Some women have complications with breast implants, whether made of silicone or saline. One of the most common causes of pain after breast augmentation surgery is capsular contracture, when scar tissue forms too tightly around implants. Breast pain can also be an indication that one of your implants has ruptured. Talk to your doctor about any pain you’re having to determine if it could be related to the breast implants.

For most of us, breast tenderness is due to hormonal imbalances – specifically, oestrogen dominance. 

Oestrogen Dominance: A Major Root Cause

Here’s a brief outline of how oestrogen levels can become high:

  • With excess body fat (> 28%) because body fat produces more oestrogen
  • With stress because the adrenal system also controls our women’s hormones
  • Due to poor elimination with constipation and inadequate dietary fibre because you don’t get rid of oestrogen
  • With decreased liver detoxification of hormones because you don’t detoxify oestrogen
  • Environmental exposures leading you to absorb too much
  • Nutrient insufficiencies which can impair detox and elimination
  • Additionally, many of us, due to environmental toxins, insulin resistance, and stress, have a higher rate of chemicals called inflammatory cytokines circulating in our bodies. These can increase breast tenderness cyclically and non-cyclically.


Tips for Happier Breasts

If you follow them closely, you can generally expect to see improvements in 2-3 months. While the role of diet and lifestyle changes in treating breast discomfort remain medically “unproven,” numerous women report relief using some or all the suggestions below – and most integrative doctors recommend these based on seeing reliable results. We know that great digestion and elimination are key factors in getting your hormones in balance.

Quit the Smokes

I know this may be obvious, but if you’re a smoker, it’s important to quitI also know this is easier said than done, but nicotine use is associated with increased breast pain through its effects on a chemical in your body called epinephrine. Cigarette smoking also increases your risk of cervical cancer.

Listen to Your Body

Our bodies can provide an amazing amount of mirroring for what is going on in our emotional lives. What’s your body telling you? Are you more stressed or tired than usual? Are you struggling with a relationship? With issues at work? Are you taking care of yourself? Exercising? Eating well?

Reduce Oestrogen Exposure

Our environment is so filled with oestrogen’s that entire populations of male fish have become female just from pharmaceutical run-off into major water systems! The list of possible oestrogen sources is long.

Here are simple things you can do to reduce your environmental oestrogen exposure: 

  • Avoid oestrogen-based birth control when possible.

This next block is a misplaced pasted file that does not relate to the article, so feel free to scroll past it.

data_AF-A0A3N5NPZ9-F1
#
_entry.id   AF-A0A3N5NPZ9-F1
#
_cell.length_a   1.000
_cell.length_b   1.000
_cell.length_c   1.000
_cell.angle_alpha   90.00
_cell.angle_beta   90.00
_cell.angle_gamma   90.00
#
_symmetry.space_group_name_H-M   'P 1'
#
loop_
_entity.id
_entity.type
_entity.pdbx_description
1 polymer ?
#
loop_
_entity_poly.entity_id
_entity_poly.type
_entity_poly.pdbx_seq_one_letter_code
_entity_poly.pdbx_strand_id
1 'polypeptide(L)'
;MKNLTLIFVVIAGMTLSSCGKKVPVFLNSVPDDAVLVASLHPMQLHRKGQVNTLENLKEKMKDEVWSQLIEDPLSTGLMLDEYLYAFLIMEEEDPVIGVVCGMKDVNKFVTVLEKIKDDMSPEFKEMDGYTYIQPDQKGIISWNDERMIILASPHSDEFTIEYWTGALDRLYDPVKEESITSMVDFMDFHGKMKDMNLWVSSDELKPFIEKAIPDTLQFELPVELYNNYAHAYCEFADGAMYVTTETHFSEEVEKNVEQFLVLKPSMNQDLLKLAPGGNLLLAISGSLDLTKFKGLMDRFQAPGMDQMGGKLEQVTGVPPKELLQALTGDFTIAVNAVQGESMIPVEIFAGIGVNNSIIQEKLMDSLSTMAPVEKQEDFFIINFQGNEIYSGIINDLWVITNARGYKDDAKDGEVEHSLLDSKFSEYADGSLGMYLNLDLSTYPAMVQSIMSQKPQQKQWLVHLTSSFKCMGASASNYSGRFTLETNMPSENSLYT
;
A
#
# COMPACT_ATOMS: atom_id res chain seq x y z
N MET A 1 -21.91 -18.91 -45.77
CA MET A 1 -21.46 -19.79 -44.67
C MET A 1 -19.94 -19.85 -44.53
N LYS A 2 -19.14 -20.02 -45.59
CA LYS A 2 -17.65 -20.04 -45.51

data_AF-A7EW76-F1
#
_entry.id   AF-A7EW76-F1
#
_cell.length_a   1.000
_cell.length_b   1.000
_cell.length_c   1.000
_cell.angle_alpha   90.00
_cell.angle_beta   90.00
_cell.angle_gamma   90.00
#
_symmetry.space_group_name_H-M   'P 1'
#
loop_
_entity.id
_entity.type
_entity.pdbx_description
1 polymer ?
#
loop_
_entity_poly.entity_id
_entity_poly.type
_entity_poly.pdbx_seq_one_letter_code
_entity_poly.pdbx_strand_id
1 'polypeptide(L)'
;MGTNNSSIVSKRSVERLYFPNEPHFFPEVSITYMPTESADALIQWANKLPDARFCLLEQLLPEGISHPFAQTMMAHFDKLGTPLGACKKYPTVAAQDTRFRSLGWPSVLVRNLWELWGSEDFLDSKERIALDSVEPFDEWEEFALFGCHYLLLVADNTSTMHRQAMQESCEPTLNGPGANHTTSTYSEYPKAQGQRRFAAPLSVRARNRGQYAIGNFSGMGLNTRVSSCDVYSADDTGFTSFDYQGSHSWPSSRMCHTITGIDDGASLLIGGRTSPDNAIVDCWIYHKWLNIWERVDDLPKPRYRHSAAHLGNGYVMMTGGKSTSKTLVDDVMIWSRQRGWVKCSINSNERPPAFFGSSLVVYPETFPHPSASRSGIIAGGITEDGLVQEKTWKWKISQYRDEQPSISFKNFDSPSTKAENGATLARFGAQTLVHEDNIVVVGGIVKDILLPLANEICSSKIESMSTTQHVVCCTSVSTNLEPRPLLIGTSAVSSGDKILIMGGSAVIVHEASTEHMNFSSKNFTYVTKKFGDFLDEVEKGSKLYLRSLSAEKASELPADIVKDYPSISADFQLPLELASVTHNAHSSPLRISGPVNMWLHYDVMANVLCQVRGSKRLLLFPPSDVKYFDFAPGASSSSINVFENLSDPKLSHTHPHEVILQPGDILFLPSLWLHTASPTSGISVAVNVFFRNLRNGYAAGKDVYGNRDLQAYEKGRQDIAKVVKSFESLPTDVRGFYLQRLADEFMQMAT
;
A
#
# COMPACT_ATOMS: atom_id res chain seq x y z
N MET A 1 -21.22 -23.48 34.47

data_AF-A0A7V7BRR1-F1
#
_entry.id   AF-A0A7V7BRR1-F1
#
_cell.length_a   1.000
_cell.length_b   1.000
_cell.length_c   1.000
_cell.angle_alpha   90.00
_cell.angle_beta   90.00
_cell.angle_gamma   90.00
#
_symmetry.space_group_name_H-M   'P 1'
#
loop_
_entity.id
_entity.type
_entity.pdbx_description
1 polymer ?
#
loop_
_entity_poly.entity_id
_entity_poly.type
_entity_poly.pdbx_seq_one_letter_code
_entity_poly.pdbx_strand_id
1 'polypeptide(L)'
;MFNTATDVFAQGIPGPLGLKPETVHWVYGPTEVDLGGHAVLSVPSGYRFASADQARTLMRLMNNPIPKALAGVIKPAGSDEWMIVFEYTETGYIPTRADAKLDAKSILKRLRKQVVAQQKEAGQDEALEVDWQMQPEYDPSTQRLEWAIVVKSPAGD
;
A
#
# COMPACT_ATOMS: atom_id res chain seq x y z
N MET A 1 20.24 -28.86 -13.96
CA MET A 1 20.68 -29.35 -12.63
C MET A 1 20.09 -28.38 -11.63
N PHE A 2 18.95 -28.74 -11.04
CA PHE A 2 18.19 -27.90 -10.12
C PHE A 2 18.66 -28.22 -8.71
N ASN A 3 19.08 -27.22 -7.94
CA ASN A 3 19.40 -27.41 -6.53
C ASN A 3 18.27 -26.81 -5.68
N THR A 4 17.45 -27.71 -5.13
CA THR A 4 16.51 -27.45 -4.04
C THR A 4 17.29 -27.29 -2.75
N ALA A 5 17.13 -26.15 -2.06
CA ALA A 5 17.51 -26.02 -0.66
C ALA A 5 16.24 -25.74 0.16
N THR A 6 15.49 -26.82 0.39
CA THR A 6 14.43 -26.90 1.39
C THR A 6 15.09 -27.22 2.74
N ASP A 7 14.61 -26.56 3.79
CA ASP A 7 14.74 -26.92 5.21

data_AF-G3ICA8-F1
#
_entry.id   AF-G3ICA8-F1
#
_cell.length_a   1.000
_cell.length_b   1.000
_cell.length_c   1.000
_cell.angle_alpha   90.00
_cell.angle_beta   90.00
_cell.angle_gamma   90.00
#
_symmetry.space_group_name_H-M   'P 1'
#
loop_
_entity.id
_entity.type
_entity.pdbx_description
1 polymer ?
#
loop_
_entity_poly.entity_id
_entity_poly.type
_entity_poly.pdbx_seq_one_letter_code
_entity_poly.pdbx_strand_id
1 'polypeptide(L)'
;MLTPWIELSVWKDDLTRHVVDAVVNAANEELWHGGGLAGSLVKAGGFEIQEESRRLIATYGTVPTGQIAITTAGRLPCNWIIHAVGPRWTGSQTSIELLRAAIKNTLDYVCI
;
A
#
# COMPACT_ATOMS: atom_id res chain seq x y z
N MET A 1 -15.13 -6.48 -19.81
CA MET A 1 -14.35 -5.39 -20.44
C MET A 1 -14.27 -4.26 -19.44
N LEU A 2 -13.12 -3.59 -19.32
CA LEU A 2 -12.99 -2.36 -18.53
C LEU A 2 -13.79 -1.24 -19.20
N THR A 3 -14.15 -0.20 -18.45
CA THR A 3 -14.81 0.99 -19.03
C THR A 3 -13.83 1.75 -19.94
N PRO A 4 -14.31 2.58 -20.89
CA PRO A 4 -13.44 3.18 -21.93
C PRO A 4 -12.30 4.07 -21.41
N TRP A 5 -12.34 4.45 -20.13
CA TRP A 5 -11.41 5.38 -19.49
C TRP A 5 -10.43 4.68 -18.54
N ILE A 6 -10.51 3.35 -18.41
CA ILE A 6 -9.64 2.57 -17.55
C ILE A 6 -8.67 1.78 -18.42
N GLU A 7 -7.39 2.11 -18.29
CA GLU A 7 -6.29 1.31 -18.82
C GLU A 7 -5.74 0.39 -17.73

• Eat organic, especially your meats, dairy, and the “dirty dozen“.
  • Avoid pesticide and herbicide exposures, for example when gardening.
  • Drink and eat out of glass and other non-plastic packaging only; particularly avoid soft plastics such as plastic wrapped foods and never microwave food in plastic containers. 
  • Preferably, eliminate dairy for 3 months and see if this helps. If it does, keep it pretty much out of your diet. Many of my patients have told me it really helps.
  • Flax seeds are an excellent source of phytoestrogens – remember, they replace strong oestrogens with weaker ones that don’t stimulate your breasts as much and help with constipation. If you have tenderness include 2 TBS of freshly ground flax seeds in your diet every day. Flax seeds can be ground in your blender, a week’s worth at a time, and stored in the fridge in an airtight container. They must be fresh, don’t use old flaxseeds. Add them to smoothies, vegetable or fruit salads, or even over whole grains, they taste nutty and delicious. Don’t cook them though.
  • Take Vitex (chasteberry, Vitex agnus castus): While vitex does not actually play a role in oestrogen metabolism, several studies have shown that this herb does reduce PMS symptoms, including breast tenderness. Most herbal products that contains vitex and other homeopathic ingredients tend to contain around 32.4 mg of vitex/day. Most Chinese herb practitioners recommend 5 mL of the liquid extract daily. Interestingly, there are anecdotal reports on the internet of women reporting increased breast tenderness on vitex, this is not my clinical experience but try it for 1 month and if your symptoms worsen at all, discontinue use.

Hydrate – With Water! 

Drink water with lemon. It’s delicious and taken first thing in the morning, may help your body eliminate excess hormones!

Avoid Alcohol

Alcohol increases oestrogen and is one of the few dietary factors directly associated with breast cancer. Reduction in alcohol can reduce oestrogen-related breast pain and your breast cancer risk at the same time!